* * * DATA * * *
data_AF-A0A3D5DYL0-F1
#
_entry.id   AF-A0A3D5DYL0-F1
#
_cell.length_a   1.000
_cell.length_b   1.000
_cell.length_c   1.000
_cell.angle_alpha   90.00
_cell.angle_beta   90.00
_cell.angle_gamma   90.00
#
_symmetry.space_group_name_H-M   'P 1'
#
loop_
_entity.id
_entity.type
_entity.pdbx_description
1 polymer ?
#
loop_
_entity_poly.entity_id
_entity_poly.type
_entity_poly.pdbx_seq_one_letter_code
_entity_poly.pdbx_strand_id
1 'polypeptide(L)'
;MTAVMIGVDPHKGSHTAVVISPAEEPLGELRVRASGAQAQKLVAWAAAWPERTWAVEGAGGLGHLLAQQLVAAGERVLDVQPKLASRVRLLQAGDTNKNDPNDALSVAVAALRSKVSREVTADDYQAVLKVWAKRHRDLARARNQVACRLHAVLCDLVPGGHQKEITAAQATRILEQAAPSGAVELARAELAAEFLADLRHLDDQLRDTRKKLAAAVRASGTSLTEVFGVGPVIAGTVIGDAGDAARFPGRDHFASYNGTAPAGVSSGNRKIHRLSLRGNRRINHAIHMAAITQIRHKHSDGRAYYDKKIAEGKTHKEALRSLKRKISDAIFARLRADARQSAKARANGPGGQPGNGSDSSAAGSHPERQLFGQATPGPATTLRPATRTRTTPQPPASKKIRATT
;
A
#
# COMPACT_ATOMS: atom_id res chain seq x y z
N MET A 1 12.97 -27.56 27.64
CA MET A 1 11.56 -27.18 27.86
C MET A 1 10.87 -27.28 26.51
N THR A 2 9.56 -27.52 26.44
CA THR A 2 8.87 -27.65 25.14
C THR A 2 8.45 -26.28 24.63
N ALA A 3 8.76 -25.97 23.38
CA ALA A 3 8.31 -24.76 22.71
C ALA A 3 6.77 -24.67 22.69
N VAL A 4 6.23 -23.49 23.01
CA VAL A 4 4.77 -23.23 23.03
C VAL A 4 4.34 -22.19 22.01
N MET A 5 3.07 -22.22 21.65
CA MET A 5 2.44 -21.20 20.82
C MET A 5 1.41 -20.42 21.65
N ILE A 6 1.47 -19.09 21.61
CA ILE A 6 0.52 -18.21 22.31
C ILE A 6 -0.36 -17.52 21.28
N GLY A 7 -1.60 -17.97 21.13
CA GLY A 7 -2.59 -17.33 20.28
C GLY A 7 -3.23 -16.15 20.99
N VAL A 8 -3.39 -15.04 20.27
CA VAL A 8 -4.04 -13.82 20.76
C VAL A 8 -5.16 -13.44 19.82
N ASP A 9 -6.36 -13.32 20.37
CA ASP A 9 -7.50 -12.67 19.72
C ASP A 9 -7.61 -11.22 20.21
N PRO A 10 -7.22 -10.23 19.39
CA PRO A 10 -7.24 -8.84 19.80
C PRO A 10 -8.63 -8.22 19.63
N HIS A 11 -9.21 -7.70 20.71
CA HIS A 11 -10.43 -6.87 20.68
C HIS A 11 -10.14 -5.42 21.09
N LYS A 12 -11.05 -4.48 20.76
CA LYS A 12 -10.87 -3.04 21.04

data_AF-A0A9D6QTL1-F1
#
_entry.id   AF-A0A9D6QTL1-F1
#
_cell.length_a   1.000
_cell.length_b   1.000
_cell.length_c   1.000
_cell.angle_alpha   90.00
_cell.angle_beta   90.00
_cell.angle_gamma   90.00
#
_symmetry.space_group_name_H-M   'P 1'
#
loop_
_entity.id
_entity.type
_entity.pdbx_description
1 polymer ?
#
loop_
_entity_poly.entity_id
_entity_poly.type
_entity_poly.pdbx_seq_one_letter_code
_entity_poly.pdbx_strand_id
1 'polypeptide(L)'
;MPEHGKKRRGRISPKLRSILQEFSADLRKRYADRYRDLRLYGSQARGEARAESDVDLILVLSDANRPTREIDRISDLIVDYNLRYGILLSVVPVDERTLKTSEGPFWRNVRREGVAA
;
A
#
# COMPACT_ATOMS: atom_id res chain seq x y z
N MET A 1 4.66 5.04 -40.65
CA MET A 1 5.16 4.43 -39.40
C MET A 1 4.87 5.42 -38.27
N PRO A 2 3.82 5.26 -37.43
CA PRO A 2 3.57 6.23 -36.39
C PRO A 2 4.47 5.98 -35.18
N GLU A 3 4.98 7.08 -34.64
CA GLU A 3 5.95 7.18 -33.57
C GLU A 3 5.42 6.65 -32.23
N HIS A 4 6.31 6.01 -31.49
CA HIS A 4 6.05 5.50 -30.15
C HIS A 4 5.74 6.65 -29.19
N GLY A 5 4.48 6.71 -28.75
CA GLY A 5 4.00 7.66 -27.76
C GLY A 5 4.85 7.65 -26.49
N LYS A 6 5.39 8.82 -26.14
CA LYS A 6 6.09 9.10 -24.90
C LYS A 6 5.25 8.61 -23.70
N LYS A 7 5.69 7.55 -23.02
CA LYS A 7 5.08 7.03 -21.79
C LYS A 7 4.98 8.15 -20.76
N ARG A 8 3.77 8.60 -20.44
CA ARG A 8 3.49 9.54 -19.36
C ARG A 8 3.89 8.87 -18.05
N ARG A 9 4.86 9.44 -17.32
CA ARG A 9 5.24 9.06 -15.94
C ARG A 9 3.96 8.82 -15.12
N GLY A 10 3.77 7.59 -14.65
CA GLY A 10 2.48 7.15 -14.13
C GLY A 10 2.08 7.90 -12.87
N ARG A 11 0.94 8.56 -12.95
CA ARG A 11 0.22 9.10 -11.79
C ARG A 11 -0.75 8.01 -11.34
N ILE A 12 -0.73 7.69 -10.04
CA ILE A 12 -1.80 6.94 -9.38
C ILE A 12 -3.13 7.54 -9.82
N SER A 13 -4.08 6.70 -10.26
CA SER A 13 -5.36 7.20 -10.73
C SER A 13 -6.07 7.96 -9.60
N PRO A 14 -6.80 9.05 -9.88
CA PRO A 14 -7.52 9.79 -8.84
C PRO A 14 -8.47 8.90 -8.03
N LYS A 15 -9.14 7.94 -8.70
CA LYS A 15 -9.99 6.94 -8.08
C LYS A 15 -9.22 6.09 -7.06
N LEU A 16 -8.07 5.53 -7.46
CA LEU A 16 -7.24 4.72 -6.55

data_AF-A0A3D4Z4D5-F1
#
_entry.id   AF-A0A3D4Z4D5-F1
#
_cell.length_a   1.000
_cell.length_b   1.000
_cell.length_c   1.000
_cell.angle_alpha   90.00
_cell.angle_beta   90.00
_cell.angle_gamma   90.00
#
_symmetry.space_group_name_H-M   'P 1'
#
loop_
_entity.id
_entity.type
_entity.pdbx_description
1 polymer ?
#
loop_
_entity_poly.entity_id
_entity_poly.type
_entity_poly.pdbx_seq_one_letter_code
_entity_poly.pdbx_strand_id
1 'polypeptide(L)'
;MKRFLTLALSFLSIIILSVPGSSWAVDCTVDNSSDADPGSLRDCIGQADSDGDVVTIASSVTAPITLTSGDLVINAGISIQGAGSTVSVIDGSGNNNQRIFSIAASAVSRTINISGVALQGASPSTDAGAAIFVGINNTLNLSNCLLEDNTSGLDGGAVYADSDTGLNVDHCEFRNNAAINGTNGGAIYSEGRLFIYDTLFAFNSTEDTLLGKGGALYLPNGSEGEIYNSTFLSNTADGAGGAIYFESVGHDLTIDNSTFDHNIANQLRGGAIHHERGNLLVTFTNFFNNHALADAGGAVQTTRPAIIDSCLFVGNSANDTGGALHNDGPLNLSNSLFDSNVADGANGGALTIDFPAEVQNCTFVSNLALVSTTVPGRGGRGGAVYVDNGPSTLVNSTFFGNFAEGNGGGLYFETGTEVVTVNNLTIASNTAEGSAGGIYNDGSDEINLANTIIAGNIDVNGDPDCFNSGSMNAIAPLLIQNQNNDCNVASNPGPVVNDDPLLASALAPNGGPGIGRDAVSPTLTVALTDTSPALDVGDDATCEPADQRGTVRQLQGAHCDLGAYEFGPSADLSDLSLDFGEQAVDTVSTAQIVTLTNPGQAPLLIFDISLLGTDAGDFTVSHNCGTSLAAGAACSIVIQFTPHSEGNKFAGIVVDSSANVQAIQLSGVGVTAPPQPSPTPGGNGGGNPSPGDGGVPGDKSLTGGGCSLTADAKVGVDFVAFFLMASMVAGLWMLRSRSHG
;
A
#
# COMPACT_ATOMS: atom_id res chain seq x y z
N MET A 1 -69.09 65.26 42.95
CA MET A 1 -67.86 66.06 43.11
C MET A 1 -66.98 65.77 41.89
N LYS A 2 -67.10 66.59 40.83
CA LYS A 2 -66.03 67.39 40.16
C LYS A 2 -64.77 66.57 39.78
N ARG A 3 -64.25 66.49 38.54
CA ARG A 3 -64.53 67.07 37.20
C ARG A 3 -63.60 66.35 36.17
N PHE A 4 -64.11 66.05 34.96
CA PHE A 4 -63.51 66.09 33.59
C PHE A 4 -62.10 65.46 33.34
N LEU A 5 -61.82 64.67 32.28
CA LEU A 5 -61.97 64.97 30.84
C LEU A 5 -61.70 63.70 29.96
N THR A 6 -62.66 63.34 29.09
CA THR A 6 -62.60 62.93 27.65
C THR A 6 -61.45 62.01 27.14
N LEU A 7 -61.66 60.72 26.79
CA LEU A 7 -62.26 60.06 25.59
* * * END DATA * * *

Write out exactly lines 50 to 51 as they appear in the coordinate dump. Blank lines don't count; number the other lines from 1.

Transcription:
CA GLY A 7 -2.59 -17.33 20.28
C GLY A 7 -3.23 -16.15 20.99